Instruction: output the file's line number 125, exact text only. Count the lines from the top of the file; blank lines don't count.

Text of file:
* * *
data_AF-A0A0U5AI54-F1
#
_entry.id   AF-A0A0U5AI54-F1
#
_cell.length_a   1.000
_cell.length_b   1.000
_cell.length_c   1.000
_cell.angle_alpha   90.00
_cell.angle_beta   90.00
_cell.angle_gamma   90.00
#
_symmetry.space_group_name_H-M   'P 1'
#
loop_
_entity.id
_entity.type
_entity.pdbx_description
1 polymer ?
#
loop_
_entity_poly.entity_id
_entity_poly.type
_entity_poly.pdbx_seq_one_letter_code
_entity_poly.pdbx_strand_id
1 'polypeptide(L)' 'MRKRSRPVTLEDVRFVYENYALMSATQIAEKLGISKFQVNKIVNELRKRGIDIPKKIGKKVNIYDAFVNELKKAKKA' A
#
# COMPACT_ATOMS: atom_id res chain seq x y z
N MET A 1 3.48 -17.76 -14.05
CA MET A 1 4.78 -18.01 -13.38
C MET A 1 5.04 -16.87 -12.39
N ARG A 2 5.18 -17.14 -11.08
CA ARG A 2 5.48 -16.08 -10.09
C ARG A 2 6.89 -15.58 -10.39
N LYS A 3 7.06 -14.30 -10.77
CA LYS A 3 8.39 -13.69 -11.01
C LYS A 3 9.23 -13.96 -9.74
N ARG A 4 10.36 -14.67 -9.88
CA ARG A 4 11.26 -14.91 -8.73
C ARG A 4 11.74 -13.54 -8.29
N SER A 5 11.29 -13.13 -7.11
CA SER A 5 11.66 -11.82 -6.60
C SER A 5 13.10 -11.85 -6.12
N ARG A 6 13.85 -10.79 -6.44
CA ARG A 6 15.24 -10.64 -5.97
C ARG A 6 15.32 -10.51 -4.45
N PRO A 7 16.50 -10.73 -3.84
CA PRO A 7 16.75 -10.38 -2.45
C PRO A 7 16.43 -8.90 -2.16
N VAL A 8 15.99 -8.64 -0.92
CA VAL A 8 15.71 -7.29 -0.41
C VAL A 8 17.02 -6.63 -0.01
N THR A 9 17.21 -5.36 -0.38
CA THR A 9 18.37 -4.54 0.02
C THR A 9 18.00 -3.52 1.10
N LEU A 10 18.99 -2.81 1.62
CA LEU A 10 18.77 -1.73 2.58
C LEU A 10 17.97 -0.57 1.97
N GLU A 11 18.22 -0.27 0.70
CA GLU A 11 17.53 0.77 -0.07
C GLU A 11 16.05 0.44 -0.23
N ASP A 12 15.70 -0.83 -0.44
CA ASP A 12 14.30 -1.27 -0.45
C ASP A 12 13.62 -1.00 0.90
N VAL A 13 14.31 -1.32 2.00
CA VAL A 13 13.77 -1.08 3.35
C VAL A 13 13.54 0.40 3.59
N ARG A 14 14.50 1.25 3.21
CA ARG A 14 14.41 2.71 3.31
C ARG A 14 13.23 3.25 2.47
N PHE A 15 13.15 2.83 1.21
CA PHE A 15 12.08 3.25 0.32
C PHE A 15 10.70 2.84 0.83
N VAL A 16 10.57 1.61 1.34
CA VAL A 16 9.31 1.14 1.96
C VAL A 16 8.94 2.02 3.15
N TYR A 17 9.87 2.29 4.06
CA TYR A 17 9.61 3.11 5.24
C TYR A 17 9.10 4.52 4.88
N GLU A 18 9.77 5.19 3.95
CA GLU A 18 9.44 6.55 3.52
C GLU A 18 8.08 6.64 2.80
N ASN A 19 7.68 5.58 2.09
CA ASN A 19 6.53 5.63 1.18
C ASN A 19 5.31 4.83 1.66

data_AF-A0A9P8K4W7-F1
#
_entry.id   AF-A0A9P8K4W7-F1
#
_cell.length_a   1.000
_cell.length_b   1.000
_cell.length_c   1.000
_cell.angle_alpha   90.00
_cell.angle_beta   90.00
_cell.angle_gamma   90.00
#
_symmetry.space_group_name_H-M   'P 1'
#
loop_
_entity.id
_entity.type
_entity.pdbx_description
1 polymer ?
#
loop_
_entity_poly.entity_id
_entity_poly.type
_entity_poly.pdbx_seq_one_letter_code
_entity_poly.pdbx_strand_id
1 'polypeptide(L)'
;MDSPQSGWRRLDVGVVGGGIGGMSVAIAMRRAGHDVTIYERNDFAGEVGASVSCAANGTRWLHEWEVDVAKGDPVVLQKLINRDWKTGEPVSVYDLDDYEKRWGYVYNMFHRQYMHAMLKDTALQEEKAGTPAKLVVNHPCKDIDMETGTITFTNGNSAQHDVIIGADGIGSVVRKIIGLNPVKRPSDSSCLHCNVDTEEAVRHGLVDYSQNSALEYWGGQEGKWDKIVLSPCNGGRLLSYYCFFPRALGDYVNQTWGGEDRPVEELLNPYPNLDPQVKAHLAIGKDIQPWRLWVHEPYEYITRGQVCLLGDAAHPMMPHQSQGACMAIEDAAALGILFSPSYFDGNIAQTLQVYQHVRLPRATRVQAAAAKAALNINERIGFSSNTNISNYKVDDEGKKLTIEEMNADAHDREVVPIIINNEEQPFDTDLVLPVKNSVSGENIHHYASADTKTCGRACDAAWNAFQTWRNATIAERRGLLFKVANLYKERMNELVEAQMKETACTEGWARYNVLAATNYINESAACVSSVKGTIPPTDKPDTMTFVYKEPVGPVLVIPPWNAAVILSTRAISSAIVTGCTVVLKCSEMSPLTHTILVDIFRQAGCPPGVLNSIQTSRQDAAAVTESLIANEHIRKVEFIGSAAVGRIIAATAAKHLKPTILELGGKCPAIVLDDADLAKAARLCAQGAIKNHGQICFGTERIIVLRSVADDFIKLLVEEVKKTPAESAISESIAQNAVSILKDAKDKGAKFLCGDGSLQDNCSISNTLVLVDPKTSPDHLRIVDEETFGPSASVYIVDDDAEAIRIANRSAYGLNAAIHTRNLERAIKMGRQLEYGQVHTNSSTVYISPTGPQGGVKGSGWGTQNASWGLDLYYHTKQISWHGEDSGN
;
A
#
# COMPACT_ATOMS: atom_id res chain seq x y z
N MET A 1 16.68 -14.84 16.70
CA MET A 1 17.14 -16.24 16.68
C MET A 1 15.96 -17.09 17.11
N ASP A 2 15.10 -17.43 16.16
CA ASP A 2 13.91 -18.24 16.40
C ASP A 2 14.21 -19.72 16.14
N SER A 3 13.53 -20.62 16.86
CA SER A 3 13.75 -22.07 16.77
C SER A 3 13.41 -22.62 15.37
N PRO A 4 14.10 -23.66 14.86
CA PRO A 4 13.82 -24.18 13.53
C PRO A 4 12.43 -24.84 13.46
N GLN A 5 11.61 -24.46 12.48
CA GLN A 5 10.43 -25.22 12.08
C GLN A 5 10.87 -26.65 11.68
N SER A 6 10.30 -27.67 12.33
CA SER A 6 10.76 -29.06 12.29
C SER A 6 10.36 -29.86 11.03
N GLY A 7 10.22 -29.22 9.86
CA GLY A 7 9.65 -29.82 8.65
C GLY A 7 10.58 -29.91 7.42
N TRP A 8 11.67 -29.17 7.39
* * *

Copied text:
CA PRO A 4 13.82 -24.18 13.53